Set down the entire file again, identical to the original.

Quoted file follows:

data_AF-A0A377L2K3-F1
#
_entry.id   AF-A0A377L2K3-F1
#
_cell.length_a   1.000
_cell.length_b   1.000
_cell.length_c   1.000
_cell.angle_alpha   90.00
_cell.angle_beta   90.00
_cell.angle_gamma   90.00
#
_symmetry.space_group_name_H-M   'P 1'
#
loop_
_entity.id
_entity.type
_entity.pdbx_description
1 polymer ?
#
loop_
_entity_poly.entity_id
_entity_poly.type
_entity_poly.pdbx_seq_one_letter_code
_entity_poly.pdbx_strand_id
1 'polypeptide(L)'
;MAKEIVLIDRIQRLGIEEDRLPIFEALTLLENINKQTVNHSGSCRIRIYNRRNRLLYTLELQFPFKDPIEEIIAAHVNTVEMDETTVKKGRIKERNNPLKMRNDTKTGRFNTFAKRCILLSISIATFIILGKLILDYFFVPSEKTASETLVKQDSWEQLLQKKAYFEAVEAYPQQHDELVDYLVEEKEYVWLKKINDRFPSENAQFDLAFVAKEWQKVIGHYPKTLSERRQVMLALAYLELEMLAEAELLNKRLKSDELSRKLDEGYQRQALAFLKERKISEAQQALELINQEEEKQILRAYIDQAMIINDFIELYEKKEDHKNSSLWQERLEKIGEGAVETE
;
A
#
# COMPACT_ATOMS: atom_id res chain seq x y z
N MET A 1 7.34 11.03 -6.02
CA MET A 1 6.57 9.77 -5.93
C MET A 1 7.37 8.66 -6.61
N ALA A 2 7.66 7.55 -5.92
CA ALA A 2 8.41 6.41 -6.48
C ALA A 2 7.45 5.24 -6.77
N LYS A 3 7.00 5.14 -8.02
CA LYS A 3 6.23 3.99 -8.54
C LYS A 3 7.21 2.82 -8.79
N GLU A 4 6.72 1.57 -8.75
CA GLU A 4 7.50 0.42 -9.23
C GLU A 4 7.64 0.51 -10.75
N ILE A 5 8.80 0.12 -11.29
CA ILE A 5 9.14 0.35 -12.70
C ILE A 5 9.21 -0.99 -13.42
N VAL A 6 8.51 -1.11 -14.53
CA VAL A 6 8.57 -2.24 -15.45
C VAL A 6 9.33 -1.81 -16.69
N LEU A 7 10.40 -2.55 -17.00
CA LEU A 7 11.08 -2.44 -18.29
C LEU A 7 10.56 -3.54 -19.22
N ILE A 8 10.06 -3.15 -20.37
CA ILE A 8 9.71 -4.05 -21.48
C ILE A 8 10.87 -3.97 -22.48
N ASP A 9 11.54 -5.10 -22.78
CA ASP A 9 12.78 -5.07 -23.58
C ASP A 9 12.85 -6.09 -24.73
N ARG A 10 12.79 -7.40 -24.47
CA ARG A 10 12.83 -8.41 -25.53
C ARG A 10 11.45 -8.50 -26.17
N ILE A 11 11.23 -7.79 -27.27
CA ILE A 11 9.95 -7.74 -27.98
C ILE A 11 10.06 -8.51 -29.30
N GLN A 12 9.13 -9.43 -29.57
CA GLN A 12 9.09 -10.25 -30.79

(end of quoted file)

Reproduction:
data_AF-A0A377L2K3-F1
#
_entry.id   AF-A0A377L2K3-F1
#
_cell.length_a   1.000
_cell.length_b   1.000
_cell.length_c   1.000
_cell.angle_alpha   90.00
_cell.angle_beta   90.00
_cell.angle_gamma   90.00
#
_symmetry.space_group_name_H-M   'P 1'
#
loop_
_entity.id
_entity.type
_entity.pdbx_description
1 polymer ?
#
loop_
_entity_poly.entity_id
_entity_poly.type
_entity_poly.pdbx_seq_one_letter_code
_entity_poly.pdbx_strand_id
1 'polypeptide(L)'
;MAKEIVLIDRIQRLGIEEDRLPIFEALTLLENINKQTVNHSGSCRIRIYNRRNRLLYTLELQFPFKDPIEEIIAAHVNTVEMDETTVKKGRIKERNNPLKMRNDTKTGRFNTFAKRCILLSISIATFIILGKLILDYFFVPSEKTASETLVKQDSWEQLLQKKAYFEAVEAYPQQHDELVDYLVEEKEYVWLKKINDRFPSENAQFDLAFVAKEWQKVIGHYPKTLSERRQVMLALAYLELEMLAEAELLNKRLKSDELSRKLDEGYQRQALAFLKERKISEAQQALELINQEEEKQILRAYIDQAMIINDFIELYEKKEDHKNSSLWQERLEKIGEGAVETE
;
A
#
# COMPACT_ATOMS: atom_id res chain seq x y z
N MET A 1 7.34 11.03 -6.02
CA MET A 1 6.57 9.77 -5.93
C MET A 1 7.37 8.66 -6.61
N ALA A 2 7.66 7.55 -5.92
CA ALA A 2 8.41 6.41 -6.48
C ALA A 2 7.45 5.24 -6.77
N LYS A 3 7.00 5.14 -8.02
CA LYS A 3 6.23 3.99 -8.54
C LYS A 3 7.21 2.82 -8.79
N GLU A 4 6.72 1.57 -8.75
CA GLU A 4 7.50 0.42 -9.23
C GLU A 4 7.64 0.51 -10.75
N ILE A 5 8.80 0.12 -11.29
CA ILE A 5 9.14 0.35 -12.70
C ILE A 5 9.21 -0.99 -13.42
N VAL A 6 8.51 -1.11 -14.53
CA VAL A 6 8.57 -2.24 -15.45
C VAL A 6 9.33 -1.81 -16.69
N LEU A 7 10.40 -2.55 -17.00
CA LEU A 7 11.08 -2.44 -18.29
C LEU A 7 10.56 -3.54 -19.22
N ILE A 8 10.06 -3.15 -20.37
CA ILE A 8 9.71 -4.05 -21.48
C ILE A 8 10.87 -3.97 -22.48
N ASP A 9 11.54 -5.10 -22.78
CA ASP A 9 12.78 -5.07 -23.58
C ASP A 9 12.85 -6.09 -24.73
N ARG A 10 12.79 -7.40 -24.47
CA ARG A 10 12.83 -8.41 -25.53
C ARG A 10 11.45 -8.50 -26.17
N ILE A 11 11.23 -7.79 -27.27
CA ILE A 11 9.95 -7.74 -27.98
C ILE A 11 10.06 -8.51 -29.30
N GLN A 12 9.13 -9.43 -29.57
CA GLN A 12 9.09 -10.25 -30.79